In one way, anyhow, French politics stuck to a pattern in 1952. In the first week of the year France lost her government, and in the last week of the year France lacked a government once more. It has lately looked as if France would have no government for New Year's Day of 1953, either. The new government, when it does turn up, will be the eighteenth - a dozen and a half of them - since the postwar Fourth Republic was founded, in 1945.
The present hiatus is regarded by the French as the most profoundly serious of all, only because it proves for the seventeenth time that something is wrong with the system, which it is now admitted must be fixed. Until recently, the demand for constitutional revision was suspiciously considered exclusively the product of the ideological mysticism of General Charles de Gaulle and his followers in the Rassemblement du Peuple Francais. Today, few politicians would disagree with the General - not even those who wrote the Fourth Republic's constitution. The main trouble with the document is that it makes better provision for the fall of governmentsthan it does for the co-ordination of their limited post-war powers.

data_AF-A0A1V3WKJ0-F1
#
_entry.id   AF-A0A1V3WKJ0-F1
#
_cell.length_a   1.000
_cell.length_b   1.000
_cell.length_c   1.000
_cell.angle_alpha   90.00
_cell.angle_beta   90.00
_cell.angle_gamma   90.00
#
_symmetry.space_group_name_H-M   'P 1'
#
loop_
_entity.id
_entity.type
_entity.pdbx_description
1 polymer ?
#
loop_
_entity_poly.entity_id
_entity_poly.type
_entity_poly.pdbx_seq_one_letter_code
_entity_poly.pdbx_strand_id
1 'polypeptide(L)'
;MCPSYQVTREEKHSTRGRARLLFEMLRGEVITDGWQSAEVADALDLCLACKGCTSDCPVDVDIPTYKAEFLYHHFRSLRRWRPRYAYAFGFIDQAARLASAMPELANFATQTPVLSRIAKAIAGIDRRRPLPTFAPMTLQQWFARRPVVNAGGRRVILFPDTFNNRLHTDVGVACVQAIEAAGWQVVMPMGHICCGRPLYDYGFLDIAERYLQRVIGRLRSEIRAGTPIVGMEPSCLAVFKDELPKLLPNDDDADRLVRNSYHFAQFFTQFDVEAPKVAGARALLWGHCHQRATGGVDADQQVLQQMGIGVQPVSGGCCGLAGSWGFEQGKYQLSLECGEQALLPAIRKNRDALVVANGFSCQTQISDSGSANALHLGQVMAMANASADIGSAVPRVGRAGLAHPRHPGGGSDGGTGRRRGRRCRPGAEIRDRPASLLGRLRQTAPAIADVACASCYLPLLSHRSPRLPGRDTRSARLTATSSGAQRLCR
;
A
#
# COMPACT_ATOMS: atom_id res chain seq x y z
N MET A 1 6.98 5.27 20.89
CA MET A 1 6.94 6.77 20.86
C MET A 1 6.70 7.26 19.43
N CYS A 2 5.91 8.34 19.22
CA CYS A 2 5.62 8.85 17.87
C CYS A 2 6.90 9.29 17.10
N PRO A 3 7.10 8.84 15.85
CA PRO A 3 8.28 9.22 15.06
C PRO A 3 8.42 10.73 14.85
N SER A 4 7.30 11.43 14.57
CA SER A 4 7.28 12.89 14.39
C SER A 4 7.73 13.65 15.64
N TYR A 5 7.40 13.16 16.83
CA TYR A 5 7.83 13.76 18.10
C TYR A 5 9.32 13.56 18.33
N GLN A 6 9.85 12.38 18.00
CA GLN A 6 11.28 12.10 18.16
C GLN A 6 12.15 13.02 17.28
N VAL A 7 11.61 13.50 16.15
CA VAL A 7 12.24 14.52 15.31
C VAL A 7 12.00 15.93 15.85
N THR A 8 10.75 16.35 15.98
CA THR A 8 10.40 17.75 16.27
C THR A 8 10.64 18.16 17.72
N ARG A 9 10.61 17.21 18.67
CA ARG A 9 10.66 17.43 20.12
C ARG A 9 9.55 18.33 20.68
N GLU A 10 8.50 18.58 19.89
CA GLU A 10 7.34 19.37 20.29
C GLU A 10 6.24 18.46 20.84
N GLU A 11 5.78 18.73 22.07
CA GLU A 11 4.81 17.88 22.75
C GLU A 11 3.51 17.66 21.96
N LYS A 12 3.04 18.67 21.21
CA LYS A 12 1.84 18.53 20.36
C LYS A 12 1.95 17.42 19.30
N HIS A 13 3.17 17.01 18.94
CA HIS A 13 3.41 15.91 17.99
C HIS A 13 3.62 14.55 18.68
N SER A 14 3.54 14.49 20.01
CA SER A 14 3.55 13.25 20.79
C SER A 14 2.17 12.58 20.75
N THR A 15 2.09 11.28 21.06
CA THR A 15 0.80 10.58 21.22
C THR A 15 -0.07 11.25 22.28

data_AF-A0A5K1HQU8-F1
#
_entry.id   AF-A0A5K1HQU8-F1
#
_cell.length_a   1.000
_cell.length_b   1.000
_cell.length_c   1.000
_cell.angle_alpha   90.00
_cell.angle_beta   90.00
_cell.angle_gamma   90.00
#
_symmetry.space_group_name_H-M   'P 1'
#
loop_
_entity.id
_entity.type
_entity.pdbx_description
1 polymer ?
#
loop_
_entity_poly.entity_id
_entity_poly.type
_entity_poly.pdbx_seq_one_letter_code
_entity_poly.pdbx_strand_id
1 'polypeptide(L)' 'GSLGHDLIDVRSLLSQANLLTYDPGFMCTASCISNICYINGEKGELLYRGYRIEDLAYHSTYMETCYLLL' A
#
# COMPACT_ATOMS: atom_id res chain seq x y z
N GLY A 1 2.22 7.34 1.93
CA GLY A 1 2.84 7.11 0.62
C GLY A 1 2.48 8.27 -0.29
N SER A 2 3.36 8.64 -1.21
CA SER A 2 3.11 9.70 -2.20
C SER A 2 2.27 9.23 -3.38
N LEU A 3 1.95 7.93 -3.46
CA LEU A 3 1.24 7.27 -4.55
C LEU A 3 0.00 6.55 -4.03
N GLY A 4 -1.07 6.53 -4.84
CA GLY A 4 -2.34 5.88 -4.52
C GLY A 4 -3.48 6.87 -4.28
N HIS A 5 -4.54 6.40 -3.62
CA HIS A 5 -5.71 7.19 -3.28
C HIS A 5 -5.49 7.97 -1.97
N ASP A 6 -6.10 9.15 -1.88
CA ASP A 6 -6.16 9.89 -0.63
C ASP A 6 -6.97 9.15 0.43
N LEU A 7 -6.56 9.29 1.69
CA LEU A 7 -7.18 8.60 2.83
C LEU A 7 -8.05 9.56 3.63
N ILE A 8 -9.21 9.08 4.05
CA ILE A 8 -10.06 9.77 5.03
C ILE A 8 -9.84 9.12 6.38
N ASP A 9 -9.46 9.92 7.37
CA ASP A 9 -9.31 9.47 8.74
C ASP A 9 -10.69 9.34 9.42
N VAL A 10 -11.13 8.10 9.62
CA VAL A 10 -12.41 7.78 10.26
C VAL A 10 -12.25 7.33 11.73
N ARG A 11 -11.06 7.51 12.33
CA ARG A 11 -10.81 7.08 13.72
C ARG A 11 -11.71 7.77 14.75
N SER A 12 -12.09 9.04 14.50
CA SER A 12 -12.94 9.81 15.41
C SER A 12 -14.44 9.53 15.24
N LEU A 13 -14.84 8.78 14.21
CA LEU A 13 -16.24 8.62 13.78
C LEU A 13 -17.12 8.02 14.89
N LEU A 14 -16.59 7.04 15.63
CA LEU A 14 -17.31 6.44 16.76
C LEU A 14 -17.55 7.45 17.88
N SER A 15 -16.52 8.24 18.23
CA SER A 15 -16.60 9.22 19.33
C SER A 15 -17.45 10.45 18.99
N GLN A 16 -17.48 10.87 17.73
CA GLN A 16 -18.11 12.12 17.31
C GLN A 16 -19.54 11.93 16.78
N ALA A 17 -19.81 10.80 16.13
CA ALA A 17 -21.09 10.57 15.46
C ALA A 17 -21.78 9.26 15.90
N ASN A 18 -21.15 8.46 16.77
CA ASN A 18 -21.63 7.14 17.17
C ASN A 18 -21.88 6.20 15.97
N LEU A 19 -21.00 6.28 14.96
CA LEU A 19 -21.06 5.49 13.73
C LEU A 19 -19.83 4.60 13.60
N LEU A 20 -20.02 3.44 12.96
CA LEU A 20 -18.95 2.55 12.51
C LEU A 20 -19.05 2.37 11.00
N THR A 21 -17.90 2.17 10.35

From Paris Journal 1944-1965 by Janet Flanner (Gollancz 1966)
(Research by Kate Oldfield)
Paris Post War: Art and Existentialism 1945-55 at the Tate Gallery until
5 September. See Monday's Independent for reader offers.Reuse content